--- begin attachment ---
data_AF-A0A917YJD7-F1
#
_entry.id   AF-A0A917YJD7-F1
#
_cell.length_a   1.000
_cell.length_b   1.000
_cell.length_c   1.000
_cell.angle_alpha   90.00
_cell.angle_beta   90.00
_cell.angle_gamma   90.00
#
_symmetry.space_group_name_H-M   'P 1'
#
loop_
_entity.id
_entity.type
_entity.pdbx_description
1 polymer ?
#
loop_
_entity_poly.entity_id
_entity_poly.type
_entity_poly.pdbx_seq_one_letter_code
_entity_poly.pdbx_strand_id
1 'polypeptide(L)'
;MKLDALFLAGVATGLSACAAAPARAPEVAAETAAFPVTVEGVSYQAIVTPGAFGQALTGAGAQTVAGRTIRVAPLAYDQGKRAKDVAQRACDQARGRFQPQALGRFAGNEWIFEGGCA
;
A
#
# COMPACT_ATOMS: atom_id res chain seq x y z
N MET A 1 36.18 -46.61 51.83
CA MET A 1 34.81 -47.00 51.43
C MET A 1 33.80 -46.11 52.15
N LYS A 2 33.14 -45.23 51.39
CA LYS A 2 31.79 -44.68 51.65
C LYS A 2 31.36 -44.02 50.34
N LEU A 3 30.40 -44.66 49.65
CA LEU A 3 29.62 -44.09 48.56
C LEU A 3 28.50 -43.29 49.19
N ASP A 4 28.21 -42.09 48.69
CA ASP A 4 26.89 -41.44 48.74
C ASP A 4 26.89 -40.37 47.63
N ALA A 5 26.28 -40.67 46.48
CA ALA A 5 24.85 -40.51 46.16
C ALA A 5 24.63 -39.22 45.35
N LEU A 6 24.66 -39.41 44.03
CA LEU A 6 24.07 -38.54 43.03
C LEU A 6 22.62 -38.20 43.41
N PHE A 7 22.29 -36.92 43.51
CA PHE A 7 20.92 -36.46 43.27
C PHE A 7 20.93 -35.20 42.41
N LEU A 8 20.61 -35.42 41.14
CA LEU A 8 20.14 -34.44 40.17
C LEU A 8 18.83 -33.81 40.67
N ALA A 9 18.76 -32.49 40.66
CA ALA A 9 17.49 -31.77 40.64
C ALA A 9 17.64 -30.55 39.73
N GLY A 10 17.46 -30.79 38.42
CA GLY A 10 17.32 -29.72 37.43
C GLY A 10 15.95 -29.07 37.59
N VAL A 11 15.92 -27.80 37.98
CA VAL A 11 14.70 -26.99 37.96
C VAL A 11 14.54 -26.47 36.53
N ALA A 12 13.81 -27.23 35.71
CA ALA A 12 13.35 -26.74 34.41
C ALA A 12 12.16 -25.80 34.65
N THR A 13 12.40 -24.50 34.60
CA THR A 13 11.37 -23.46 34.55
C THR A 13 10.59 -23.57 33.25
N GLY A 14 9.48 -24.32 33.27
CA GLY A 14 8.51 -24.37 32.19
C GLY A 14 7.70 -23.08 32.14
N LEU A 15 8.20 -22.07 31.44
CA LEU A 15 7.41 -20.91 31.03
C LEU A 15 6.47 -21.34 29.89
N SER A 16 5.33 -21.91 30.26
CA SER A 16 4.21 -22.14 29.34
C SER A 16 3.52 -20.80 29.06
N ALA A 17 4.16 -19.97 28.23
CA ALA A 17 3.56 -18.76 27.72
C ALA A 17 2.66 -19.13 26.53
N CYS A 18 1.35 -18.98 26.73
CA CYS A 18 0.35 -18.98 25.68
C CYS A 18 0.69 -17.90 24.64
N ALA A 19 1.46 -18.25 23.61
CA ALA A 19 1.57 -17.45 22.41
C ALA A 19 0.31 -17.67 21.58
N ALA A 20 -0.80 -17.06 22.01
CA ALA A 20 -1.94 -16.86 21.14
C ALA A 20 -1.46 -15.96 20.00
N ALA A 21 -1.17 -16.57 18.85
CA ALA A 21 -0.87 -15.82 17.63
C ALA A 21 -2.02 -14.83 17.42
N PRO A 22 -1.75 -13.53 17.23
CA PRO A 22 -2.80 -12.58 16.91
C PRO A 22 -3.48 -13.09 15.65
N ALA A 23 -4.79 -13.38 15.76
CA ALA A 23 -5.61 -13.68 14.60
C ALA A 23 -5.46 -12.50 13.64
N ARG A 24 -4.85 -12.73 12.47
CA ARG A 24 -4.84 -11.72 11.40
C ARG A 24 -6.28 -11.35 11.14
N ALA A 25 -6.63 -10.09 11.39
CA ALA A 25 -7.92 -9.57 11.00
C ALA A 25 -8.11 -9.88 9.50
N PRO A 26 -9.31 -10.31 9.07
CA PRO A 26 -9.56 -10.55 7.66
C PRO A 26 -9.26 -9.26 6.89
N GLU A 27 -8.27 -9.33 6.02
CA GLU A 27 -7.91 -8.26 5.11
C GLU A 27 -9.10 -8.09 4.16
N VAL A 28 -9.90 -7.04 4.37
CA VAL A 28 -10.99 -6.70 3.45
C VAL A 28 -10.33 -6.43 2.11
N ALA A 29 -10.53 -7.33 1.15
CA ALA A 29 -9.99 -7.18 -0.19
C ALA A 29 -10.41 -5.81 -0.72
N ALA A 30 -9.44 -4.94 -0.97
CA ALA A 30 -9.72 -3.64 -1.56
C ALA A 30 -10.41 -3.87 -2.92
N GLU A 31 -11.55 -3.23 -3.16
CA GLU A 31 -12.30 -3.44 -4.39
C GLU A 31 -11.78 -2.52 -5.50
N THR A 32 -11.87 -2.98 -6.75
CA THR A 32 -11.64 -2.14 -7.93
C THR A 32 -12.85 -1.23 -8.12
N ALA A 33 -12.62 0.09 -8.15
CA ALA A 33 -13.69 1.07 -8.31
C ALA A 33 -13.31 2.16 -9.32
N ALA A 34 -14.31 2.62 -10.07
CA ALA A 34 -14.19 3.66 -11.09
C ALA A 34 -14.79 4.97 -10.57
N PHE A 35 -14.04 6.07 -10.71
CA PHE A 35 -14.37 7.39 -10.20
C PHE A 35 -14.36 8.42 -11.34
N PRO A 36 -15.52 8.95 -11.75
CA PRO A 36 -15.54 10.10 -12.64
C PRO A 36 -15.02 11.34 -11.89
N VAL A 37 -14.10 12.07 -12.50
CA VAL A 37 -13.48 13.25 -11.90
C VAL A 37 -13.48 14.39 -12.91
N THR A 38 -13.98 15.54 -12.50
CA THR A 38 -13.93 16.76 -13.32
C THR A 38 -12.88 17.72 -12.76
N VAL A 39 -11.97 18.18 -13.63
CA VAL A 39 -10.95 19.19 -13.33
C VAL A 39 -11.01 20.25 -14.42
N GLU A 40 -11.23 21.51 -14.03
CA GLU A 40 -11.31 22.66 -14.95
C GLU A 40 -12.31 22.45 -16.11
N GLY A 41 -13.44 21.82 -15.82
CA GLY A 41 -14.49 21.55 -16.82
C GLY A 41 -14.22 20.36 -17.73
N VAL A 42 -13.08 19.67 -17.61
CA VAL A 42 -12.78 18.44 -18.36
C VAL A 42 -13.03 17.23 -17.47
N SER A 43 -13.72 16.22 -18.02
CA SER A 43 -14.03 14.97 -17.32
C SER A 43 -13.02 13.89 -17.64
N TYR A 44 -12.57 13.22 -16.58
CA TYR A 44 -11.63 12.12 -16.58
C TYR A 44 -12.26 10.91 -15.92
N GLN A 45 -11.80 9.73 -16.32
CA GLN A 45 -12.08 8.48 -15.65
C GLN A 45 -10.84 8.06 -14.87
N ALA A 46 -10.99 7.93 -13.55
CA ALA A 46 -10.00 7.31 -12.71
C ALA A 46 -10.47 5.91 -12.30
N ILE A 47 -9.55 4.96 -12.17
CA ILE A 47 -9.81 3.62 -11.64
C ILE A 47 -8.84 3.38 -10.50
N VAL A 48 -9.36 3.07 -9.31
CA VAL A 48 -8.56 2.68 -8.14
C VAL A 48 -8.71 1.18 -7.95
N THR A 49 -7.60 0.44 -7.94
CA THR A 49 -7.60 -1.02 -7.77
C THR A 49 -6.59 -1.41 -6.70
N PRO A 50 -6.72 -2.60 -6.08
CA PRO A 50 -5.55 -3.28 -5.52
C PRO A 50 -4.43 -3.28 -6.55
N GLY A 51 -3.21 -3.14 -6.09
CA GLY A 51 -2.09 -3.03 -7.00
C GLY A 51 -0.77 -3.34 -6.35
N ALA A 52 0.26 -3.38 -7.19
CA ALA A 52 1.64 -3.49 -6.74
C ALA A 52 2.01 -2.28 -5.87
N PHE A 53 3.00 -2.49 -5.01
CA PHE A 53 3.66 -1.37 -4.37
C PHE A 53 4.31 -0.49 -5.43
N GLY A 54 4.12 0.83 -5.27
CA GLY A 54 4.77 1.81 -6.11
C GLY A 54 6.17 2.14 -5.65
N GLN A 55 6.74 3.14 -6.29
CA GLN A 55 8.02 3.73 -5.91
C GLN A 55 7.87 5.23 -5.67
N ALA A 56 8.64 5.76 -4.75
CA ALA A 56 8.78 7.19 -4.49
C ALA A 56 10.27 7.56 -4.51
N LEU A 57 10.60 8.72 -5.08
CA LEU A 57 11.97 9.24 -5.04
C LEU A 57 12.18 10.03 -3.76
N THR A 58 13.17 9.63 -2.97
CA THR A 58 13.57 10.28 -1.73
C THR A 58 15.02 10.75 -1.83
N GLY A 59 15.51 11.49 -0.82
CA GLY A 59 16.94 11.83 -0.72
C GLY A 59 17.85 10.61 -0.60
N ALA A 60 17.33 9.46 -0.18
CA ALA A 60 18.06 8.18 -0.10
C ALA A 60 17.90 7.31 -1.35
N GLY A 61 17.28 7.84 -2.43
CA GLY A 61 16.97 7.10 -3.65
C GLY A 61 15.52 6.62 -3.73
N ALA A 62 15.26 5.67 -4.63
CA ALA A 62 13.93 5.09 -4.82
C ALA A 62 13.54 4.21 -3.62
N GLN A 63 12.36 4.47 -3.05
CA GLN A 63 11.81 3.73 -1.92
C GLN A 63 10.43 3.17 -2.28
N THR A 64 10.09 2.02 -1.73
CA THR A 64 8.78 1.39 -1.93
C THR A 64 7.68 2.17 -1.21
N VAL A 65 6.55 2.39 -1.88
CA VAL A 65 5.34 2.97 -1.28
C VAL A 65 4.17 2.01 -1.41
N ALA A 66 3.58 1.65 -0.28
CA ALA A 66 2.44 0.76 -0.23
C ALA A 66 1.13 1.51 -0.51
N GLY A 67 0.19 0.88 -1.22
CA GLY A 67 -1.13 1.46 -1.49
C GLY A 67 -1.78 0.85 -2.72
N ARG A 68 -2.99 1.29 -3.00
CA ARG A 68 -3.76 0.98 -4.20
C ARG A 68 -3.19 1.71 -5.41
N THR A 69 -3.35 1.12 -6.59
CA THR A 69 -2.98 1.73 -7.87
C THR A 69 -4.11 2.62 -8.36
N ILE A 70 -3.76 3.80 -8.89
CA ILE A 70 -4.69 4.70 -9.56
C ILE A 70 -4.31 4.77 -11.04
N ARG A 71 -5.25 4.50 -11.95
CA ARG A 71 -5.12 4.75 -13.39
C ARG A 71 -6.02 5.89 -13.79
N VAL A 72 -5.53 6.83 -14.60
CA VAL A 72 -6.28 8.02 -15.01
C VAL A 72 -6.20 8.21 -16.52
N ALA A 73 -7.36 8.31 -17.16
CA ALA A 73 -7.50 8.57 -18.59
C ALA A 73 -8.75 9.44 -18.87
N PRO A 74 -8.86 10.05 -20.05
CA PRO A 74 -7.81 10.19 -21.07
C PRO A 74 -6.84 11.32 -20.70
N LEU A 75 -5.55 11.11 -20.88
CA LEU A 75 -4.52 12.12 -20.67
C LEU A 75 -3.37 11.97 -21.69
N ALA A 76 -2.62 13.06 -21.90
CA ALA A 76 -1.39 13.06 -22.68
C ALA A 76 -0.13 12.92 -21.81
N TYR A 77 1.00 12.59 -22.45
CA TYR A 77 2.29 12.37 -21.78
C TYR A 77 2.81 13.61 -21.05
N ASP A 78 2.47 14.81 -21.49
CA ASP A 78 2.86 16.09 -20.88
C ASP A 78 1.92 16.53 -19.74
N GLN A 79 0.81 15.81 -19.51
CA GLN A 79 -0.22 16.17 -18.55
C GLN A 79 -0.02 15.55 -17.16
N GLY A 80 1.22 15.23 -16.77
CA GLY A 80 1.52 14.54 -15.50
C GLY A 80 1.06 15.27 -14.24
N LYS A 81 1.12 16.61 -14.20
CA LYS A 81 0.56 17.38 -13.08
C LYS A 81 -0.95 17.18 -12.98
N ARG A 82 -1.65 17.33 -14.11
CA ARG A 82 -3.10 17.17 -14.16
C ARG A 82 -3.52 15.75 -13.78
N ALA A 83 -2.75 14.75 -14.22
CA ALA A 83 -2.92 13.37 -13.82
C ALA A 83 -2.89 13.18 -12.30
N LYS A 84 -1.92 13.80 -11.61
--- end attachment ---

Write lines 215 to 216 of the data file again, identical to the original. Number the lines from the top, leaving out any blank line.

CA ALA A 62 13.93 5.09 -4.82
C ALA A 62 13.54 4.21 -3.62